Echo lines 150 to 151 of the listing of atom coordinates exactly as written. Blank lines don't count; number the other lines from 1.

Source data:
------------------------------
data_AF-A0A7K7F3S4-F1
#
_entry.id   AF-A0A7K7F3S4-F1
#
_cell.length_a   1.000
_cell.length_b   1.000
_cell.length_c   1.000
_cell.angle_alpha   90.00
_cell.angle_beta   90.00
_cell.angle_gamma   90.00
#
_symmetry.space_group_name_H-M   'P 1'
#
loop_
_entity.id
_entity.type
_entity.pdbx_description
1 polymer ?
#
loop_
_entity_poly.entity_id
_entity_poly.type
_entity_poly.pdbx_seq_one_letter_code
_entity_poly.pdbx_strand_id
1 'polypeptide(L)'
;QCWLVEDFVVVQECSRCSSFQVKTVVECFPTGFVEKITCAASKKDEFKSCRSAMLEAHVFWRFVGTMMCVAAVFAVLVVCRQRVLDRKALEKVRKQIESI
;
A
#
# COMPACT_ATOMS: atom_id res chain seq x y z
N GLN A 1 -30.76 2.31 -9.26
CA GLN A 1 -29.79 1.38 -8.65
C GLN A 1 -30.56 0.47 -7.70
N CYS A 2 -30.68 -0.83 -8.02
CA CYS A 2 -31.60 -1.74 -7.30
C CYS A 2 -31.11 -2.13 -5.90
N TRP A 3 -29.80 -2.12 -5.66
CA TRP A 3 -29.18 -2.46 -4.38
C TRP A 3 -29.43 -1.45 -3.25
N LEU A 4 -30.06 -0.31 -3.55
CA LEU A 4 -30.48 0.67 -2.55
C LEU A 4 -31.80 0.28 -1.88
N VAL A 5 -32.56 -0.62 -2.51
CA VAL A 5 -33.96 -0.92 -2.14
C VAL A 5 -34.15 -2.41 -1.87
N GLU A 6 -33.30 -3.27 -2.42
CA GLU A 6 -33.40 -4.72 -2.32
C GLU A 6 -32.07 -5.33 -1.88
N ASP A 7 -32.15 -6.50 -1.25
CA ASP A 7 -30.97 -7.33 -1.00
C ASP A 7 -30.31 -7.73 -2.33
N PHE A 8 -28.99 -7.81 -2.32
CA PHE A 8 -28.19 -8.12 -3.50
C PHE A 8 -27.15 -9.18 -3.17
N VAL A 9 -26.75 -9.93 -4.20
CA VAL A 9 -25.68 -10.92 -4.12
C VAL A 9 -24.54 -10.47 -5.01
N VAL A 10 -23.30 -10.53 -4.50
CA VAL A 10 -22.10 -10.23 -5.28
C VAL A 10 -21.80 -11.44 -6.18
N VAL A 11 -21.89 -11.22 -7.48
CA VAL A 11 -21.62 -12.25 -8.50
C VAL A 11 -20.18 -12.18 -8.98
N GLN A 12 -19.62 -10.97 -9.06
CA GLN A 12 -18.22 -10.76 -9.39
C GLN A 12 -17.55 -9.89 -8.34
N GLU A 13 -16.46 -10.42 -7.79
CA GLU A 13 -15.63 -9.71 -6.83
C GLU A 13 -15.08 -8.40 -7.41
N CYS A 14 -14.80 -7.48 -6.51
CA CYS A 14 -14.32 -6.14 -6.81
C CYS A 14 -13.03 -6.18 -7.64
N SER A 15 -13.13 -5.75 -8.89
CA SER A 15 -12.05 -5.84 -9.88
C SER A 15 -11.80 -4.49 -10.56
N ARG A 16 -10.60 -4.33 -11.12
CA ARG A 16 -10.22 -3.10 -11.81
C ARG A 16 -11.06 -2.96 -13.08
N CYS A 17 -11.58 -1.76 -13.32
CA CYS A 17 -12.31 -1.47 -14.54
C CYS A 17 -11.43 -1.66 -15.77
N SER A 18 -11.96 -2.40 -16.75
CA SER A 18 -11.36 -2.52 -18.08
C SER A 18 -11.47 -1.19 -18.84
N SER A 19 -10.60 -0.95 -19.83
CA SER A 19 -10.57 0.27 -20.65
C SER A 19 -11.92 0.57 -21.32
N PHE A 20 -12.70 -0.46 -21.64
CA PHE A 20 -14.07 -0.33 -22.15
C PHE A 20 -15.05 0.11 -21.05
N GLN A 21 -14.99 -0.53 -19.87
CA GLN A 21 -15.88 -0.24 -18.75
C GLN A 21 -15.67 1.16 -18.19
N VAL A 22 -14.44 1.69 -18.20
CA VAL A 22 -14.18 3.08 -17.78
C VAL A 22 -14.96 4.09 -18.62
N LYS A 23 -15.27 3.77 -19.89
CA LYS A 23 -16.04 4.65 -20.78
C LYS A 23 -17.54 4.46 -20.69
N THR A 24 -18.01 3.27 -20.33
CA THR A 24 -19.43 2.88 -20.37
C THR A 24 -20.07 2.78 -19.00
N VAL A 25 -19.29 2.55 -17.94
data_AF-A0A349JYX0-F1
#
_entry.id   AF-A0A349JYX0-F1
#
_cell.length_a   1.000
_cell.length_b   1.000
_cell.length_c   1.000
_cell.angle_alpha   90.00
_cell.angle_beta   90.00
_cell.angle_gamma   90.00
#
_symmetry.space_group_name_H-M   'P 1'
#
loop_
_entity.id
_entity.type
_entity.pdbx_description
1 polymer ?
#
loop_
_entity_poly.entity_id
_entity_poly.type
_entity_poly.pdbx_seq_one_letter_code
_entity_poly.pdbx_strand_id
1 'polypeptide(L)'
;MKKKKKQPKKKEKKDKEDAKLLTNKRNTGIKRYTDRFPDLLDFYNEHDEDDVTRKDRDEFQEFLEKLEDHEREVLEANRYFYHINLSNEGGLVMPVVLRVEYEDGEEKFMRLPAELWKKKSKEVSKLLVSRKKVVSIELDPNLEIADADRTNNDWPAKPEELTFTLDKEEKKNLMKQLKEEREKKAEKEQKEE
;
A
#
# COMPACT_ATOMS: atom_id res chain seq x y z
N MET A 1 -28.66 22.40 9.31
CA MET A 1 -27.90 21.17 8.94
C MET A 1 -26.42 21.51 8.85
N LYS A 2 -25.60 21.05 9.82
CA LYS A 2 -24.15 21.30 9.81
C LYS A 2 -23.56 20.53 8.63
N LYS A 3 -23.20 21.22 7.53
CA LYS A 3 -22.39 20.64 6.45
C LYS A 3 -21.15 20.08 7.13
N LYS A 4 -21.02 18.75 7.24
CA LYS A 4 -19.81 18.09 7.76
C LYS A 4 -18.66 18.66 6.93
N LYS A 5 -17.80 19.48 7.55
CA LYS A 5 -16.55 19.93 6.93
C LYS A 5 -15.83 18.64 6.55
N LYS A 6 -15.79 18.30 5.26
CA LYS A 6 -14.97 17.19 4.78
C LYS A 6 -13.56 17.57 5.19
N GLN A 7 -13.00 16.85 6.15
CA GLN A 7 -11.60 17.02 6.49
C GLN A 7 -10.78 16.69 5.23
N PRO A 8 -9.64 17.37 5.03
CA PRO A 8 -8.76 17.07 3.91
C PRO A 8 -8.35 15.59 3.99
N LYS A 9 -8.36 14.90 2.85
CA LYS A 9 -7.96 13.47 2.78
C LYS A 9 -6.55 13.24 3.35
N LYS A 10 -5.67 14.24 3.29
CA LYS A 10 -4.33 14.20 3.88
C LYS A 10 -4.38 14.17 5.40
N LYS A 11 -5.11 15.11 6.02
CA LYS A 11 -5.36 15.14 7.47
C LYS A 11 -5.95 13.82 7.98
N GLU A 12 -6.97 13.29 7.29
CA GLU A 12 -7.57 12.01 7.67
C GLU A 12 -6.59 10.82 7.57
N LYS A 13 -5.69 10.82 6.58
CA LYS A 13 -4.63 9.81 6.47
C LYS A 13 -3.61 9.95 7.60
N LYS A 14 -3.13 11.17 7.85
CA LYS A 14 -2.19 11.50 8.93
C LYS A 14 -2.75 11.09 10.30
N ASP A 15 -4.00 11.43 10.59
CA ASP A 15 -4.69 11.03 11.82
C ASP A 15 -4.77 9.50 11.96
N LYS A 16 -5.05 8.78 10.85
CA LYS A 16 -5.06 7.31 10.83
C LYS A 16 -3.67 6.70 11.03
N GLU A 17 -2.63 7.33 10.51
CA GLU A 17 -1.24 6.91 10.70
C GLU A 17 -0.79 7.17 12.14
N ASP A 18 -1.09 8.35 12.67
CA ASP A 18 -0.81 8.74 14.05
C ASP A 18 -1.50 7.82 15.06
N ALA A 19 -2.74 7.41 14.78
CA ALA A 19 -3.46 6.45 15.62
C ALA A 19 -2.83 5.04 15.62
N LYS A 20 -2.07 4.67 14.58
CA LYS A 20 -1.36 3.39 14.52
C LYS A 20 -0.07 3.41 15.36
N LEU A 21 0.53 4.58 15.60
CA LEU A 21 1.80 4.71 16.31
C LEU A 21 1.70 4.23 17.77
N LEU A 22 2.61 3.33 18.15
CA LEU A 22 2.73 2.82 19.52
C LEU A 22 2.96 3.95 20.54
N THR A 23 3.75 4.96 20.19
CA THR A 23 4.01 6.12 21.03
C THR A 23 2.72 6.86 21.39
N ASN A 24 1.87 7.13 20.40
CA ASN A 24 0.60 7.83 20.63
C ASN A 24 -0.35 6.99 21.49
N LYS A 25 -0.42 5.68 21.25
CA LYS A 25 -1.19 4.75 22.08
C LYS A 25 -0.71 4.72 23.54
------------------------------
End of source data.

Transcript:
CA LYS A 6 -14.97 17.19 4.78
C LYS A 6 -13.56 17.57 5.19